Monday, December 07, 2009

This Week's News: Youth in Transition


Efforts under way to stem U.S. school dropout problem
Reuters, Chicago, IL – December 2, 2009
Jesus Garcia dropped out of high school and figured he was destined for prison or a life shortened by violence -- until he found an alternative school that became the family he never felt he had. "Without this school, kids would be dealing drugs, dying, gang-banging, all of it. Without this school there would be no leaders, no mentors," Garcia, an aspiring chef, told a group of former dropouts who have re-enrolled in alternative schools.

Program works to curb number of high school dropouts
Ledger-Enquirer, LaGrange, GA – December 3, 2009
Inside Callaway Middle School a group of about a dozen students, whether they like it or not, are focused on Reggie Beaty, a former high school dropout but more recently known throughout Georgia for his dropout prevention work. Beaty and his business partner, Tony Owens, are leading the group of Callaway students in a Faces of Change lesson. The Faces of Change curriculum, developed by the two through their business Foundation for Educational Success, is geared toward keeping at-risk students in school through critical thinking skills. It is used across the state including at the high school level in Muscogee County, but is new to the Troup County school system this year.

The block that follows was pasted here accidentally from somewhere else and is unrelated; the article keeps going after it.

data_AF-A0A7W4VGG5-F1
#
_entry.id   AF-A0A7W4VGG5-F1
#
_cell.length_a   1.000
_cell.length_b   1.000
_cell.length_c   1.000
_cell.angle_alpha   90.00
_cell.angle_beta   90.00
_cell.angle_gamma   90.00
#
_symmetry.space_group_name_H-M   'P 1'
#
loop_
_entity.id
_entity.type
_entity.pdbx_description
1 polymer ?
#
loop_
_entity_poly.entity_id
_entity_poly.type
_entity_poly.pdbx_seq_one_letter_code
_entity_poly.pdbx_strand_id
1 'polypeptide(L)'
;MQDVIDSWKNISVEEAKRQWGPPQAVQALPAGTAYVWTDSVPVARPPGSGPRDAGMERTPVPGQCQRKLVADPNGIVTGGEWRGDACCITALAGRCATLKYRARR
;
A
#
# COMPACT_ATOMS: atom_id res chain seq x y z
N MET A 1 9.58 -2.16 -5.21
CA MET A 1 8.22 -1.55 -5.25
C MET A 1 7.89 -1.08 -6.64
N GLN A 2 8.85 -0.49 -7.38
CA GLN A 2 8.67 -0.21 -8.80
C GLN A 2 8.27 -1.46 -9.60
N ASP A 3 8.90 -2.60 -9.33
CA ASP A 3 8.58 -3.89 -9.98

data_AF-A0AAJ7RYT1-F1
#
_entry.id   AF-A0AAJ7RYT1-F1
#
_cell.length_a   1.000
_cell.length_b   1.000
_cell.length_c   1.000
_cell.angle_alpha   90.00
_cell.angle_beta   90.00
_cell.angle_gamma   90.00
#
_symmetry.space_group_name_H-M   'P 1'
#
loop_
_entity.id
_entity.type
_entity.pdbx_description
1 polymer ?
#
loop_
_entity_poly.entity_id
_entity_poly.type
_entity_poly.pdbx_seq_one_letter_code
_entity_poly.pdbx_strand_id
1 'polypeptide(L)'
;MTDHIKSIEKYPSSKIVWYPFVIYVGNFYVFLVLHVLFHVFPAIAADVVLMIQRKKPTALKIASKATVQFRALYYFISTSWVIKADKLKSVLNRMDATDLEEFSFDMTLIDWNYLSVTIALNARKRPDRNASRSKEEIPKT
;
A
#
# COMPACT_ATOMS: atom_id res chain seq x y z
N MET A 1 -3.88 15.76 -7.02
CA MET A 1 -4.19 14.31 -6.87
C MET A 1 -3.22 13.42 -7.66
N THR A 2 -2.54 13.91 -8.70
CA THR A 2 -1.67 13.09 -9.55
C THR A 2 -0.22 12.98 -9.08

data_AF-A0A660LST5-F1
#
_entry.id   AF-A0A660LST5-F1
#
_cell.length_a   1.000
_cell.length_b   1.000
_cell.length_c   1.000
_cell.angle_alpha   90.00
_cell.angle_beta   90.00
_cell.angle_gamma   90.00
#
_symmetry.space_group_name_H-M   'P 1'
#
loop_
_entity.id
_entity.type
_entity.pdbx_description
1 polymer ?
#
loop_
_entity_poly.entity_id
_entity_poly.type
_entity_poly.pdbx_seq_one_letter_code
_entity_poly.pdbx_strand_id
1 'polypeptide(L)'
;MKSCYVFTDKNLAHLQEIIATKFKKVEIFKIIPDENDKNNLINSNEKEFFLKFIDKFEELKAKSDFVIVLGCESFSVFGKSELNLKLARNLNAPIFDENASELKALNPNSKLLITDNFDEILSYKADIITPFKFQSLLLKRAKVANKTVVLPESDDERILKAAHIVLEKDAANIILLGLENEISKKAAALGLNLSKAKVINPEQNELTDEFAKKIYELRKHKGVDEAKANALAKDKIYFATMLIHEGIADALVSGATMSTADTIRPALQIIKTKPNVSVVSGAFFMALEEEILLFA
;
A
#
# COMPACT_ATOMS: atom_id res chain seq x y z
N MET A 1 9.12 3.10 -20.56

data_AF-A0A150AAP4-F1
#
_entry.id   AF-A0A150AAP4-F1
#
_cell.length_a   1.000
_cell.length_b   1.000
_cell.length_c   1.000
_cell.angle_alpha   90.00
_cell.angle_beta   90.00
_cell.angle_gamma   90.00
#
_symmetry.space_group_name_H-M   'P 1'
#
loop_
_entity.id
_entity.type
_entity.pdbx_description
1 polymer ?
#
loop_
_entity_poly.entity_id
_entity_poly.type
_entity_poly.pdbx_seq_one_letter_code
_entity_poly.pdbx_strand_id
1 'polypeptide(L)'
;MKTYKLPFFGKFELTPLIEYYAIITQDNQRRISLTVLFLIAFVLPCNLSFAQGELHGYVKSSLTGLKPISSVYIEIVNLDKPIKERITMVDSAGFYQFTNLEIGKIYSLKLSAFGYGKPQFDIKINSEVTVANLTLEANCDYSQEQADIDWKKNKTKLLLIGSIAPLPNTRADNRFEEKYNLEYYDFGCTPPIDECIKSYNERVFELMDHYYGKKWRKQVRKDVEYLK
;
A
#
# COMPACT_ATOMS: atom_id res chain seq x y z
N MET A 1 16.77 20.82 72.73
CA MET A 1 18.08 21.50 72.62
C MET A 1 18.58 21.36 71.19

Taking aim at dropout rate
The Salem News, Salem, OR – November 30, 2009
Carlos Almonte failed four of his eight classes in his junior year, so the likelihood of graduating from Salem High this coming spring was dim. "Graduation didn't seem like something I'd be able to achieve," said Carlos, 17. Now, however, he is earning credits and getting back on track to graduate with his class, thanks to a new program aimed at lowering the high school dropout rate and helping students graduate on time. He is one of 75 students who have participated in an online course-work program in which students can recover credits by retaking an array of courses, all from a computer lab on the ground floor of Salem High School.

Juvenile Justice

Teens get their day in court
The State Journal, Frankfort, KY – December 1, 2009
The prosecutor was ready to throw the book at the defendant, calling her a thief and demanding that she repay her debt to society with 45 hours of community service. The pugnacious attorney in this case wasn’t Commonwealth’s Attorney Larry Cleveland. It was 14-year-old Logan Patterson, a Western Hills freshman and one of 29 high school students participating in Franklin County Teen Court. Patterson and others – including the defendant, 15-year-old Katie Jackson, also a Western Hills freshman – made up the alternative juvenile justice system sworn in by Franklin County district judges Kathy Mangeot and Chris Olds at the courthouse Monday. The students gave the audience – primarily parents and siblings – a glimpse of the program with a mock trial before they were sworn in. It’s designed to give first-time offenders of non-violent crimes between 10 and 17 a chance to learn from their mistakes and make amends, local law officials involved with the program say.